Other reviewers noted errors. To me, there were no big, hairy errors. This book yielded a positive learning experience. I shudder to think where I would be now without it. I had considered the purchase of a $... Linux version of a commercial editor that I use on Windows, but decided to give this book a try before I made the big investment. This proved to be a good decision, because now I eschew the expensive commercial editor and use vim as my text editor on Windows and Linux.
My only complaint with this situation is not with the book, but with me. Now, my fingers 'think' in vim, and those fingers 'think' much faster that my brain thinks. This works quite well when in vim, but not so well elsewhere...
1. The \(, \), \1, and \2 used here will not be introduced until page 213.
2. The regular expression in figure 9.2 is labeled a 'command', while the command itself is found nowhere.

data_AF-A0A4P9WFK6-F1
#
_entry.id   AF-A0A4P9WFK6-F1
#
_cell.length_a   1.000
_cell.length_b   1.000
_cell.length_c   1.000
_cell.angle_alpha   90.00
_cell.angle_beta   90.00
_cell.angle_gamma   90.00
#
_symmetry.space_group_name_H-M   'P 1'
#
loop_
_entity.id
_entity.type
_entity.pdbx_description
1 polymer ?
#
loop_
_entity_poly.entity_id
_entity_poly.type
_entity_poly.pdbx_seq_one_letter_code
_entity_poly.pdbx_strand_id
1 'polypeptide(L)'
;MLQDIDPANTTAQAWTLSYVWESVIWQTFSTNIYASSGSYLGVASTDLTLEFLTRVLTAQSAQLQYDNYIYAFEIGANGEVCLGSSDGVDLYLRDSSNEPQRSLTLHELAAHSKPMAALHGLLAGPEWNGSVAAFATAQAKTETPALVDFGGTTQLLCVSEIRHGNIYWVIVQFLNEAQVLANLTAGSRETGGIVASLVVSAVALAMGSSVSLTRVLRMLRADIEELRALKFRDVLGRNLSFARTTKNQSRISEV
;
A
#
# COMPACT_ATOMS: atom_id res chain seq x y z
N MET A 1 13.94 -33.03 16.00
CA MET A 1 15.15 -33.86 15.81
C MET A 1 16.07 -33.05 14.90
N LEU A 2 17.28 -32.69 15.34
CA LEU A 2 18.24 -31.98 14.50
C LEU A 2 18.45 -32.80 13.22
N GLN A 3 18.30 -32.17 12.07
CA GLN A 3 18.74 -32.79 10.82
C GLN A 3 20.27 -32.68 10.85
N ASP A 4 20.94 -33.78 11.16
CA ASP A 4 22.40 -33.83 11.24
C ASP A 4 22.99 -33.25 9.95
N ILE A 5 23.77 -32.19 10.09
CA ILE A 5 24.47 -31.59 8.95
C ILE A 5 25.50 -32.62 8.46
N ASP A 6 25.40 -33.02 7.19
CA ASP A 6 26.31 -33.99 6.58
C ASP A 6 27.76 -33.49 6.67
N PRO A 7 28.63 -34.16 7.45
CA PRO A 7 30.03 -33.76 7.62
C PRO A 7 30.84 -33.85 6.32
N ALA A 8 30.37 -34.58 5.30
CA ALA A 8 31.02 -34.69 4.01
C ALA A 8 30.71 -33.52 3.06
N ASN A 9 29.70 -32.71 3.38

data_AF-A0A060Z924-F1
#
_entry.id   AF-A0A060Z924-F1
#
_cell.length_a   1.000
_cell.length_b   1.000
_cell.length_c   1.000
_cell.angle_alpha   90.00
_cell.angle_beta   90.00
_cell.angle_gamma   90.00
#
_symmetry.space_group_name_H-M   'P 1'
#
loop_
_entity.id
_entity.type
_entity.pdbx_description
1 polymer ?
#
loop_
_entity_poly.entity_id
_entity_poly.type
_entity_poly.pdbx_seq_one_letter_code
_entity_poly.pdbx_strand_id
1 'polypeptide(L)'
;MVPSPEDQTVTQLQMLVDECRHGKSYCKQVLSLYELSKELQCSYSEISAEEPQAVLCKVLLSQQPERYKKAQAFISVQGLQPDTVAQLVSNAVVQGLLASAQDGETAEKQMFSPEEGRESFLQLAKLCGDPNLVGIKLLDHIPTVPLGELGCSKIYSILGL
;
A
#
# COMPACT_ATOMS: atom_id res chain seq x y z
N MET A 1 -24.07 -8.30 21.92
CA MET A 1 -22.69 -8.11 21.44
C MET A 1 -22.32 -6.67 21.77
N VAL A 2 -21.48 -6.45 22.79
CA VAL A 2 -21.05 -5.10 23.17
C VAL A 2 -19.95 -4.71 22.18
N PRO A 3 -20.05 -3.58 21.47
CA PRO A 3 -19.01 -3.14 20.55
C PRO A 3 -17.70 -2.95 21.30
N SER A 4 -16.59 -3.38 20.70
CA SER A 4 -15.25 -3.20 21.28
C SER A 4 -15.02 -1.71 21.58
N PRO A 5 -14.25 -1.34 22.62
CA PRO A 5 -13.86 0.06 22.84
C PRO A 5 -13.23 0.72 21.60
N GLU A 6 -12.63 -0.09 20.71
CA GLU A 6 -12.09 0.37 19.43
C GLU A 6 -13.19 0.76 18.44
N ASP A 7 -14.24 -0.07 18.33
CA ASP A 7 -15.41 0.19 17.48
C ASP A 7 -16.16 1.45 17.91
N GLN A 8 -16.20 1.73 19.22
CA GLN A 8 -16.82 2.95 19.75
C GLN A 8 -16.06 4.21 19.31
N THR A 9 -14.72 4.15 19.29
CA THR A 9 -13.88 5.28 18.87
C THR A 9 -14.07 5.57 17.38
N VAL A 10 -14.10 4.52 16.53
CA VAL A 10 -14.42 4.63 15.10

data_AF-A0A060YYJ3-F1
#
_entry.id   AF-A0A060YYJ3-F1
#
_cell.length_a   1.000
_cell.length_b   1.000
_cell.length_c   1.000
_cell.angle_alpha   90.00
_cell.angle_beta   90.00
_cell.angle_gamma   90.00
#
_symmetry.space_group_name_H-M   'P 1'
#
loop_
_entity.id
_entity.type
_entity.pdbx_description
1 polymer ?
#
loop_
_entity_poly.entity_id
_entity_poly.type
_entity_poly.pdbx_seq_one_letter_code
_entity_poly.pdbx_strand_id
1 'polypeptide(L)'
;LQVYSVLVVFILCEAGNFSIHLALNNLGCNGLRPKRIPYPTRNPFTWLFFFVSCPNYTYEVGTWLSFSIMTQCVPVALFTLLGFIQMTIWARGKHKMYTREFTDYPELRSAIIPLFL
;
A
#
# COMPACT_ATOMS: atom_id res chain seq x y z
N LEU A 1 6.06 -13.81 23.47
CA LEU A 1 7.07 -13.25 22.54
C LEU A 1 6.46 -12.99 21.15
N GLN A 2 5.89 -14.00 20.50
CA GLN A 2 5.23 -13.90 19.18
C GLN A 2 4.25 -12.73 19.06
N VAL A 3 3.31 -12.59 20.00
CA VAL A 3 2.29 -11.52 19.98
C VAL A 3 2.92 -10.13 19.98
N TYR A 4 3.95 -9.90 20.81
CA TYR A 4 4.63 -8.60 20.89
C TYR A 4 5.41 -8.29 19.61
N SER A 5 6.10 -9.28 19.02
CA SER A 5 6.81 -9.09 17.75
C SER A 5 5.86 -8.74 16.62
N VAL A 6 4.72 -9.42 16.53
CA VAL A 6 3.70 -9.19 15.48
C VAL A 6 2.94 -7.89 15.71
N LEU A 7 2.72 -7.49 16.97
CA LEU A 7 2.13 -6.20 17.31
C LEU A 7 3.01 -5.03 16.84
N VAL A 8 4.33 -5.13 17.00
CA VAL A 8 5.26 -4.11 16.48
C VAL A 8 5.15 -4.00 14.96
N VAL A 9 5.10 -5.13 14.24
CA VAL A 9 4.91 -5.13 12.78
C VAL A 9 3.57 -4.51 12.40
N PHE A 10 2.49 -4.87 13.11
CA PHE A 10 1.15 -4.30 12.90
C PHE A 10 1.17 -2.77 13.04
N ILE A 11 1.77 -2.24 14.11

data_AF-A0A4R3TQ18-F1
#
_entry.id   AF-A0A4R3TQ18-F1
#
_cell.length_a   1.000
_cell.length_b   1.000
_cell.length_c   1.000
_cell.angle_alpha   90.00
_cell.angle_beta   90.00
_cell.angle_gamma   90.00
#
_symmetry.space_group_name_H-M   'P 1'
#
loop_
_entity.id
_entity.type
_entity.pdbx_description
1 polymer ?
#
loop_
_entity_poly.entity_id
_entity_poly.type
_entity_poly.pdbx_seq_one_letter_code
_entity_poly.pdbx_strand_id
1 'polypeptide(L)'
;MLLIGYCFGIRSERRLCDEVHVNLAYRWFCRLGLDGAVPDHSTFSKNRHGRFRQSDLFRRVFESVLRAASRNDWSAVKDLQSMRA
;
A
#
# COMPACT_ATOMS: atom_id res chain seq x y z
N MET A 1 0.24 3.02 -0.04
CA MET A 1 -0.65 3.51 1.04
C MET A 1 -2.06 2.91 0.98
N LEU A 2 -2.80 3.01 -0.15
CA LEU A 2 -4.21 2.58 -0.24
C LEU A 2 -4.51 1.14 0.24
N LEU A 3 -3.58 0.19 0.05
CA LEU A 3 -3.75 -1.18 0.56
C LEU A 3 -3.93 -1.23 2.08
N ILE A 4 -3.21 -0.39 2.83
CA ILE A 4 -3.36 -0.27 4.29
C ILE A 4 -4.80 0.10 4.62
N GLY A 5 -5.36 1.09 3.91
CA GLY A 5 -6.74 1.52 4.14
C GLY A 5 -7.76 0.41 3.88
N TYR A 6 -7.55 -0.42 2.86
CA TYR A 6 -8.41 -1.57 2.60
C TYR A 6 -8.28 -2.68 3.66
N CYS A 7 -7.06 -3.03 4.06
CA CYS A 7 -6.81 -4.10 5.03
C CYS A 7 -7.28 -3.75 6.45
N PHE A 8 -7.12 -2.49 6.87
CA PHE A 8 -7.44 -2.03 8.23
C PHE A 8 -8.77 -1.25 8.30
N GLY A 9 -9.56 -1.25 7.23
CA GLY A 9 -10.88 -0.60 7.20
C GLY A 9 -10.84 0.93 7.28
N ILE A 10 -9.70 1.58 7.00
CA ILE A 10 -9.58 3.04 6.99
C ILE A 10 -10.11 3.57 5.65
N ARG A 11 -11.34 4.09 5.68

3. The dollar sign in the regular expression is redundant.
4. The [^,]* could be replaced with the simpler .* unless you anticipate that there would be more than one comma on a line, in which case, any command would fail.
5. The space after the comma in the names file is not properly accounted for.
6. Who changes last, first to first, last anyway? It should be changed to first last, with no comma.
This nonsense appears just after the author has introduced the :substitute command. Take a breath Mr. Oualline, and teach the basics first.
These are not isolated problems, the whole book is like this.
My opinion is that:
1. Mr. Oualline has too much experience with vim to remember the needs of a beginner.
2. The artist who created the figures seems to have no experience with vim whatever.
3. The review process at New Riders is too careless.